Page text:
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Tips for Keeping Promises and Commitments

Keep Promises and Commitments


Updated August 30, 2010

Tips for Keeping Promises and Commitments

When you don’t follow through with your commitments, you let others down and hurt relationships.

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Keep Promises and Commitments and Improve Relationships

Following through with and even remembering promises and commitments can sometimes be a struggle for adults with ADHD. Unfortunately, when you don’t follow through with your commitments, you let others down and hurt relationships. Your forgetfulness may even make others feel unimportant and unappreciated. Your behavior might also be perceived as uncaring and irresponsible. In the end, your relationships may quickly become strained.

Below are some tips for remembering to do what you say you are going to do.

Keeping Promises and Commitments

  • When you make a promise to do something, like meet your friend for lunch or leave work early to take your partner to a doctor’s appointment, be sure to write it down. You can even send reminders to yourself through e-mail or leave a reminder message on your answering machine. Develop a system that works for you so you don’t forget these commitments you have made.

  • Be careful not to over-commit to things. It creates bad feelings when you say you are going to do something and are not able to do it. Understand that it is OK to say “no” or a simple “I am sorry, but I just can’t do that now.”

  • It may be that you tend to put off doing things, procrastinating until the very last minute. Though you may eventually follow through with your promise or commitment, your procrastination may be perceived by your friend/partner as disinterest. He or she may feel that you don’t think the commitment is very important when you keep putting it off and then have to rush at the last minute to get it done.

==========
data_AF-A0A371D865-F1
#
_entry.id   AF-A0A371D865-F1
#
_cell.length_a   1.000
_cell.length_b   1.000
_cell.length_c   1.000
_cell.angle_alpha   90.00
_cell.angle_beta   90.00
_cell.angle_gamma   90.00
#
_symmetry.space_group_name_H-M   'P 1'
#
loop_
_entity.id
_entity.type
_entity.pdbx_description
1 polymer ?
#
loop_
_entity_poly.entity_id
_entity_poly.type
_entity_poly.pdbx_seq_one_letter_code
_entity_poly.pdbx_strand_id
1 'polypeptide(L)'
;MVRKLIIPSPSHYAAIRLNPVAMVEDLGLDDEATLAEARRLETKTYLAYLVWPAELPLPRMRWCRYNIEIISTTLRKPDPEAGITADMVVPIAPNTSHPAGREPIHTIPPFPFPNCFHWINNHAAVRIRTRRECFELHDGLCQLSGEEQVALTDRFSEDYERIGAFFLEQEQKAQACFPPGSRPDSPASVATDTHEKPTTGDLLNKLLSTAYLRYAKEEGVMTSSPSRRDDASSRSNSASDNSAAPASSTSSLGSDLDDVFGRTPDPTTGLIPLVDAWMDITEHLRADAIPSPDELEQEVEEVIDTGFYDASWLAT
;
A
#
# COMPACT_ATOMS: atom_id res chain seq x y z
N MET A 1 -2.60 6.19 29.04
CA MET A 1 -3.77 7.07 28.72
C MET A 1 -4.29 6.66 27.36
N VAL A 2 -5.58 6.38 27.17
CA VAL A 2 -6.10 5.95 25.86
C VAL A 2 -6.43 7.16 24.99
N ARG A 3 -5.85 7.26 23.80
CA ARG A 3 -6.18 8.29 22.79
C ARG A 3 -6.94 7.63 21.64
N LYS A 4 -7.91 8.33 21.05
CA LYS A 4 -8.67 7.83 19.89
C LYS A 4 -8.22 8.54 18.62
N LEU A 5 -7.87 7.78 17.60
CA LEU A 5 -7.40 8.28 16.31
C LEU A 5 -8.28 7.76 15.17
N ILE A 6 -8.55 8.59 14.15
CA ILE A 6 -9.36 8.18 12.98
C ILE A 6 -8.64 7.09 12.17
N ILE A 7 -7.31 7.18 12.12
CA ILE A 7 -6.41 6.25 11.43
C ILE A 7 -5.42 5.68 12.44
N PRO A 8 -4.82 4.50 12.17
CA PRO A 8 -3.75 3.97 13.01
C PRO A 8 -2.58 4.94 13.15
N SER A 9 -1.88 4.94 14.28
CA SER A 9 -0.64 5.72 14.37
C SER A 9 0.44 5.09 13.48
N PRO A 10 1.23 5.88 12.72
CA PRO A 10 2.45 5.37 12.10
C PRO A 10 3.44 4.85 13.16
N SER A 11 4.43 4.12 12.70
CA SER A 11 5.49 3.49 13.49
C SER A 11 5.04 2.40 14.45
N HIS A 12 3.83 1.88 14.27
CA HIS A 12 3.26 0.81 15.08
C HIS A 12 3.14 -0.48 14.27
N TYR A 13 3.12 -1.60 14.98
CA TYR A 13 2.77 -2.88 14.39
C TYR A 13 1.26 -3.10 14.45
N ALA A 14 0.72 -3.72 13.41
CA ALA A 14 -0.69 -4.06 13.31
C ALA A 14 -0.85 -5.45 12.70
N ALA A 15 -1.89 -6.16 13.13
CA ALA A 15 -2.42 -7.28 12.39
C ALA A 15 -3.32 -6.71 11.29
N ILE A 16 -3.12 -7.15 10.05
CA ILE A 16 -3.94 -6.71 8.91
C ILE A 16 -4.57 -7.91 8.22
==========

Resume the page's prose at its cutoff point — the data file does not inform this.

• If you find that you tend to procrastinate, especially on tasks that aren’t very interesting in the first place, try breaking the task down into smaller chunks. Create a to-do list with the smaller, more simple tasks. Cross off each job as you complete it and reward yourself for each progression toward the goal.

    ADHD can certainly make it difficult to take another person’s needs into consideration, inhibit reactions, manage and control emotions, plan ahead, and more. This is why it is so important to be involved in treatment, actively create routines and develop more productive patterns for interacting and relating socially.

    Read more about Relationships and Adult ADD/ADHD

    Learn additional tips for improving relationships if you have difficulty:
    Saying Things Without Thinking Through Consequences
    Staying Focused on What Others are Saying
    Tips for Better Anger Control

    Additional Reading:


    Michael T. Bell. You, Your Relationship and Your ADD. New Harbinger Publications. 2002.

    Michael T. Bell. Dealing with the Impact of AD/HD on Marriage. Attention Magazine. April 2003.

    Nancy A. Ratey. The Disorganized Mind. St. Martin’s Press. New York. 2008.

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